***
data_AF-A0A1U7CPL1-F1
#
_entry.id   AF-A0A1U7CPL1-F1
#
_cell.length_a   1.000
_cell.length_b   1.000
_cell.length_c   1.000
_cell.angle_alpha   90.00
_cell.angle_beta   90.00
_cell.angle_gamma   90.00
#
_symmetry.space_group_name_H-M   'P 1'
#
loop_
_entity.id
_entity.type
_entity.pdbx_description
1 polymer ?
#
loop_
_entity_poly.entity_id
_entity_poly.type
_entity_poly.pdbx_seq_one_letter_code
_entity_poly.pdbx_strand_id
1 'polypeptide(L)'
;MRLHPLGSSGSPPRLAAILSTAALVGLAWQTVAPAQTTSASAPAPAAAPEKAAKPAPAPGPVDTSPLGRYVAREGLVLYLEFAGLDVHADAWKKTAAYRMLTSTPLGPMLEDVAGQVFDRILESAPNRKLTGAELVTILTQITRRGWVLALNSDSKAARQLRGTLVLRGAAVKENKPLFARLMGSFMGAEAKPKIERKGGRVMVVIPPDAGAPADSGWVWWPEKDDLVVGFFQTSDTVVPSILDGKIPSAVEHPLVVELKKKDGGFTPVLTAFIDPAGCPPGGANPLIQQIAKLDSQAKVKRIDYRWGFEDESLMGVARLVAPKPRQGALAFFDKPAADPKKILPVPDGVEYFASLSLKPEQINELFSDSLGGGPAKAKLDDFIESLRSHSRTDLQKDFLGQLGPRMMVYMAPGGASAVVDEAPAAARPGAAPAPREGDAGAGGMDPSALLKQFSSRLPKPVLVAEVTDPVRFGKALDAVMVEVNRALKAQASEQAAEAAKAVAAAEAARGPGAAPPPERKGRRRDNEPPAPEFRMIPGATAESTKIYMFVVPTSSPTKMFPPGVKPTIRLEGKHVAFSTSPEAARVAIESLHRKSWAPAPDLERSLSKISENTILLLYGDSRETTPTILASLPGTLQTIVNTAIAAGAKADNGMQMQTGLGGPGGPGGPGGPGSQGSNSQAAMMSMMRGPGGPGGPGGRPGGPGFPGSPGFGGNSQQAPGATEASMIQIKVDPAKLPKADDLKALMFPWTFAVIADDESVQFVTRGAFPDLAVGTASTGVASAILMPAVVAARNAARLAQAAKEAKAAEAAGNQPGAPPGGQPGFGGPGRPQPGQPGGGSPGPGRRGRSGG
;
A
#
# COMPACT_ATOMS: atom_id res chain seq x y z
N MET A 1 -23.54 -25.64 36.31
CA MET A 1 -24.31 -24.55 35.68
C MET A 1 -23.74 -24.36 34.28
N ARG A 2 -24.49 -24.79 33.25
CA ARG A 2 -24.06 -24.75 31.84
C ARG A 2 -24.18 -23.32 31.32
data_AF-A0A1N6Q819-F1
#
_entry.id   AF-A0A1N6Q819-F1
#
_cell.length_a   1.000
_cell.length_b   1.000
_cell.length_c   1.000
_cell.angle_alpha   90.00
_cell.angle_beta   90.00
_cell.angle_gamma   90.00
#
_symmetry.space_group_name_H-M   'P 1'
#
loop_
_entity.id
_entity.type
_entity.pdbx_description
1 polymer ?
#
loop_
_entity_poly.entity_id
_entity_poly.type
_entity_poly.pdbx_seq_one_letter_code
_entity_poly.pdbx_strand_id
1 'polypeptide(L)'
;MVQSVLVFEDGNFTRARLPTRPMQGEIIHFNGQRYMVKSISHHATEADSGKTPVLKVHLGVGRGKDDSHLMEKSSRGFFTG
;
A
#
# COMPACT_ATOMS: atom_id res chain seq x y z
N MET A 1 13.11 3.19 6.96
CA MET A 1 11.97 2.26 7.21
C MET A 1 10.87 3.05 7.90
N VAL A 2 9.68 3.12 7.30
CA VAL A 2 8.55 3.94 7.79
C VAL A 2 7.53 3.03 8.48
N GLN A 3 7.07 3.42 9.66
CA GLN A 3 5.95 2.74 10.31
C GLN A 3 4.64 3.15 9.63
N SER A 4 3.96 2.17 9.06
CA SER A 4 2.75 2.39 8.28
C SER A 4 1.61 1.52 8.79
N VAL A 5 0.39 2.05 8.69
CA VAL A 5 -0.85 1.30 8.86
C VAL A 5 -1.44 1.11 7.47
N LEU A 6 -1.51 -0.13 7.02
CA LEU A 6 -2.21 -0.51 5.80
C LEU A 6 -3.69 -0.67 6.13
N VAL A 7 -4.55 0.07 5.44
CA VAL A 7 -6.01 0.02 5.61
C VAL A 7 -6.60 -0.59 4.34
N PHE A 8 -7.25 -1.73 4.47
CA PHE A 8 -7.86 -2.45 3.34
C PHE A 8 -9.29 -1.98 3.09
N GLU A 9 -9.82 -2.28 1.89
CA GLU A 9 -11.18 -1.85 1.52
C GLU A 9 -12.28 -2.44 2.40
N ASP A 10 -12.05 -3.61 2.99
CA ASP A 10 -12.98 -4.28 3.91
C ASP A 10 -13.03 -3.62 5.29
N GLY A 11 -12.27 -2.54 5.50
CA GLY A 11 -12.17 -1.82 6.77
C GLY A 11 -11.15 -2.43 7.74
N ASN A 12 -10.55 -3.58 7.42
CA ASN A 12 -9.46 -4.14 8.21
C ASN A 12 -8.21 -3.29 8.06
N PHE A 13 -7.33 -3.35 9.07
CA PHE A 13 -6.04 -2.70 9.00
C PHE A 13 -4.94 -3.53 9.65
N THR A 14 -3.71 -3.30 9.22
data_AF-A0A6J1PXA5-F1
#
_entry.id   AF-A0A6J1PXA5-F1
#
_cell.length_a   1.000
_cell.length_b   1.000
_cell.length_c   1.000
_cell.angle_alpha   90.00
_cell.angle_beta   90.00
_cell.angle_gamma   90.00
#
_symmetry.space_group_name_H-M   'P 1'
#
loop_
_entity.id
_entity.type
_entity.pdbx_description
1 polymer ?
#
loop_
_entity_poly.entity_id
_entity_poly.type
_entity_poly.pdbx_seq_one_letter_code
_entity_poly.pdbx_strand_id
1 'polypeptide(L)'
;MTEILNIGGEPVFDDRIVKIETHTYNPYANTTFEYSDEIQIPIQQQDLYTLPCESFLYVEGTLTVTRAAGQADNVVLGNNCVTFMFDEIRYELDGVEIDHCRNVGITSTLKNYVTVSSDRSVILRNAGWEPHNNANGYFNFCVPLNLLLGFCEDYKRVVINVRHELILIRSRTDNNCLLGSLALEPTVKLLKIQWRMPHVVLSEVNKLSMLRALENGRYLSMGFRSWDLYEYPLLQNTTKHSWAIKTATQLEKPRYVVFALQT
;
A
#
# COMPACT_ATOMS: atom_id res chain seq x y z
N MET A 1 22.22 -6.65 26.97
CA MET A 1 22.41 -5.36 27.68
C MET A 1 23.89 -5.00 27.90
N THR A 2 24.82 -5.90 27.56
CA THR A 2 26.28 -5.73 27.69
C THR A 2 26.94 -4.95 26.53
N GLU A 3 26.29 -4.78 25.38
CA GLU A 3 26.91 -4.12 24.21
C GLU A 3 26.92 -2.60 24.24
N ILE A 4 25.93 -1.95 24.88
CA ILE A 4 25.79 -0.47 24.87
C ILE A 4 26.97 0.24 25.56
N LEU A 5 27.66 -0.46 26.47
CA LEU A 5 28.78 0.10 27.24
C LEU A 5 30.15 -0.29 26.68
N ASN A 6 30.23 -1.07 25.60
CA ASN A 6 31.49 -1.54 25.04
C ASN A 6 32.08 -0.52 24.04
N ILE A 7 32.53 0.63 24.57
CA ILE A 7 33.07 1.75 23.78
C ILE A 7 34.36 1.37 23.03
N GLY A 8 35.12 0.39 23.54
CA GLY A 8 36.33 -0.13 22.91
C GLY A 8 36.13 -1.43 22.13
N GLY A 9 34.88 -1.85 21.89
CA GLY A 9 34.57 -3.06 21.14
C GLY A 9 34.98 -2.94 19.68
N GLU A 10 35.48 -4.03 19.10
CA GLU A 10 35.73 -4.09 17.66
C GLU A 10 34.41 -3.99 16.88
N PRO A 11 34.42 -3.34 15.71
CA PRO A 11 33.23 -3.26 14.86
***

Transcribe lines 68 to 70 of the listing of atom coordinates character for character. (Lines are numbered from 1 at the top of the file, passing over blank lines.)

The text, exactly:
CA MET A 1 11.97 2.26 7.21
C MET A 1 10.87 3.05 7.90
N VAL A 2 9.68 3.12 7.30